Complexities and opportunities in monitoring and evaluating US and global changes by the food industry
Article first published online: 23 OCT 2013
© 2013 The Authors. Obesity Reviews published by John Wiley & Sons Ltd on behalf of the International Association for the Study of Obesity.
This is an open access article under the terms of the Creative Commons Attribution-NonCommercial License, which permits use, distribution and reproduction in any medium, provided the original work is properly cited and is not used for commercial purposes.
Special Issue: Program and Policy Options for Preventing Obesity in the Low, Middle, and Transitional Income Countries
Volume 14, Issue Supplement S2, pages 29–41, November 2013
How to Cite
Ng, S. W. and Dunford, E. (2013), Complexities and opportunities in monitoring and evaluating US and global changes by the food industry. Obesity Reviews, 14: 29–41. doi: 10.1111/obr.12095
- Issue published online: 23 OCT 2013
- Article first published online: 23 OCT 2013
- Accepted manuscript online: 9 SEP 2013 06:50AM EST
- Manuscript Accepted: 14 AUG 2013
- Manuscript Received: 13 AUG 2013
- Robert Wood Johnson Foundation. Grant Number: 70017
- National Institutes of Health. Grant Numbers: R01 HL104580, CPC 5 R24 HD050924
- Food Monitoring Group
- Bupa Australia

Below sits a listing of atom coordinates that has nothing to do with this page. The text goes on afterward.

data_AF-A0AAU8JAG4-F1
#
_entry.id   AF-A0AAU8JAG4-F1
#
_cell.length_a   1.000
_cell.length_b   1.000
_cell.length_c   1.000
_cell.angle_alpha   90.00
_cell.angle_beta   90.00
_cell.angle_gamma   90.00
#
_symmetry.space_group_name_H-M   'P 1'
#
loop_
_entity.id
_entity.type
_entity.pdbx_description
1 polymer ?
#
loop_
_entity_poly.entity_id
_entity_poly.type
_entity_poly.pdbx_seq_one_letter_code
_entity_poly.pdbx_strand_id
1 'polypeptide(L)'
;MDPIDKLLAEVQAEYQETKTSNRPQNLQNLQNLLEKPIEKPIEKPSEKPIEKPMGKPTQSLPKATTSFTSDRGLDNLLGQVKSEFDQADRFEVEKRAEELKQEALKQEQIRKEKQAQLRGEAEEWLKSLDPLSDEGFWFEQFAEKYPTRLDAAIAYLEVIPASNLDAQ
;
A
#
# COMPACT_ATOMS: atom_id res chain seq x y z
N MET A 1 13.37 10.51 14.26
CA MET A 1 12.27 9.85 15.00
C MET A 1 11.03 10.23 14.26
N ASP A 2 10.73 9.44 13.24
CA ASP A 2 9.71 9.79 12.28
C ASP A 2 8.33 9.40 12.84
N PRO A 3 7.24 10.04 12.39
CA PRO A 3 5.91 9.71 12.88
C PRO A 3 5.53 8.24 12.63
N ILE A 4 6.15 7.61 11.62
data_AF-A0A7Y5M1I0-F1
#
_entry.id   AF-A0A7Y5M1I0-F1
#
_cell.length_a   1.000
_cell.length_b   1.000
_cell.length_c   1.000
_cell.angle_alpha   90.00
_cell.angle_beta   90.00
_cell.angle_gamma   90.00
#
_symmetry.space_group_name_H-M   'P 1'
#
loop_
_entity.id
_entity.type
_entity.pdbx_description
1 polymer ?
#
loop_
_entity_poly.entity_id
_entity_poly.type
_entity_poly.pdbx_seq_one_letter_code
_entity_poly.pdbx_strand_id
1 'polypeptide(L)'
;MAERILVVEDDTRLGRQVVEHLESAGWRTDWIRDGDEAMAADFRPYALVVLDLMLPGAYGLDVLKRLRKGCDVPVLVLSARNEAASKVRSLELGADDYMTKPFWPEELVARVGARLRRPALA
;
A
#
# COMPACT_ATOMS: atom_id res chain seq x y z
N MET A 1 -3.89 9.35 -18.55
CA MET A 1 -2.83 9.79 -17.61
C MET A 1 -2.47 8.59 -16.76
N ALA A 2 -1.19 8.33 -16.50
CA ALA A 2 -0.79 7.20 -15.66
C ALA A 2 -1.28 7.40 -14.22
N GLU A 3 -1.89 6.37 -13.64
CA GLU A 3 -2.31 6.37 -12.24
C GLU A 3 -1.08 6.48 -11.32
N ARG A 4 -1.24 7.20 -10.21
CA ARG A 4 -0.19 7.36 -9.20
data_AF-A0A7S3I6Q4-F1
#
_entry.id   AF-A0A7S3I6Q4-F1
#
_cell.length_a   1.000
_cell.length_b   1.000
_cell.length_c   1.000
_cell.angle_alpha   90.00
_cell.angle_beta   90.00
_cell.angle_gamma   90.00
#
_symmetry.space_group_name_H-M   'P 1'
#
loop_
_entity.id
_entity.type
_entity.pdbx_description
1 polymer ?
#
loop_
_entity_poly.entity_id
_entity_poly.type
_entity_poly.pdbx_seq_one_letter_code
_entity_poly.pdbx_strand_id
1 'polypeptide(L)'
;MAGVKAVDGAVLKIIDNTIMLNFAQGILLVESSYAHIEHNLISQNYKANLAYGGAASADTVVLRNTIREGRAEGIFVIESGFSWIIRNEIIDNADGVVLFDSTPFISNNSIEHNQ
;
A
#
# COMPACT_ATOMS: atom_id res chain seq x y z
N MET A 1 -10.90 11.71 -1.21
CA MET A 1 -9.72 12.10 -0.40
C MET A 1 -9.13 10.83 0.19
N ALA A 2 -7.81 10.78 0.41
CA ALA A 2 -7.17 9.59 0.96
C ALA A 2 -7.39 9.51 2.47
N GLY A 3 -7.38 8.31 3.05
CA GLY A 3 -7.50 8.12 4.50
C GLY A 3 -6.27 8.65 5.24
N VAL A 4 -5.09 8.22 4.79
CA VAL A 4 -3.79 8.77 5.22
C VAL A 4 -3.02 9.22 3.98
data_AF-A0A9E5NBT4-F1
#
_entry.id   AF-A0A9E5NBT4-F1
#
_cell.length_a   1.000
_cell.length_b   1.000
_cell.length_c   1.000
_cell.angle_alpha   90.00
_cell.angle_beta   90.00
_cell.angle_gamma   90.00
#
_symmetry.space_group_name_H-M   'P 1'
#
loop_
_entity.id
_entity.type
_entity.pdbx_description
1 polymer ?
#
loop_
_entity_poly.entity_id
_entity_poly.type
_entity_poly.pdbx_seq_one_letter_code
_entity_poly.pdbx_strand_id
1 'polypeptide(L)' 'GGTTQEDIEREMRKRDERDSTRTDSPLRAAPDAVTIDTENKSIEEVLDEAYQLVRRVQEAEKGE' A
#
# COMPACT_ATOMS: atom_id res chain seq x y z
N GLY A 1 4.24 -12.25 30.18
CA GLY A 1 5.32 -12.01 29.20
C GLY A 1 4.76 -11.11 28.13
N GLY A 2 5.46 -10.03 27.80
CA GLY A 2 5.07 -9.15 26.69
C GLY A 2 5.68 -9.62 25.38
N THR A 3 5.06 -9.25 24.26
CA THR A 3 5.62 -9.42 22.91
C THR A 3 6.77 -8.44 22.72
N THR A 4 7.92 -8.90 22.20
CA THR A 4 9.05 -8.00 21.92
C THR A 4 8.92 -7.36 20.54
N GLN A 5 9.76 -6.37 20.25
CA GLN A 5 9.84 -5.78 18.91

- Rockefeller Foundation's Bellagio Center
- University of North Carolina Nutrition Transition Program
- modern food supply;
- United States
In developed nations and increasingly in the rest of the world, a large proportion of people's diets comes from manufactured food sources and food not produced at home. These types of products are constantly changing and have significant nutrition and health implications for the world's population. However, researchers, public health workers and policy makers face major complexities in understanding what these changes are and their relationships to diet and health outcomes. This paper will describe some of the complexities faced in monitoring and evaluating the nutritional composition of food products and what it means for population health. Importantly, no existing food composition database is able to keep up with the continuous reformulation and introductions and removals of packaged foods and food services. The paper will also discuss opportunities to improve and update the monitoring and evaluation of changes made by each of these key sectors of the modern food supply and how these changes can influence the nutrients purchased or consumed across the globe. The focus will be on the United States with some examples from other developed nations and a discussion of implications for low- and middle-income countries.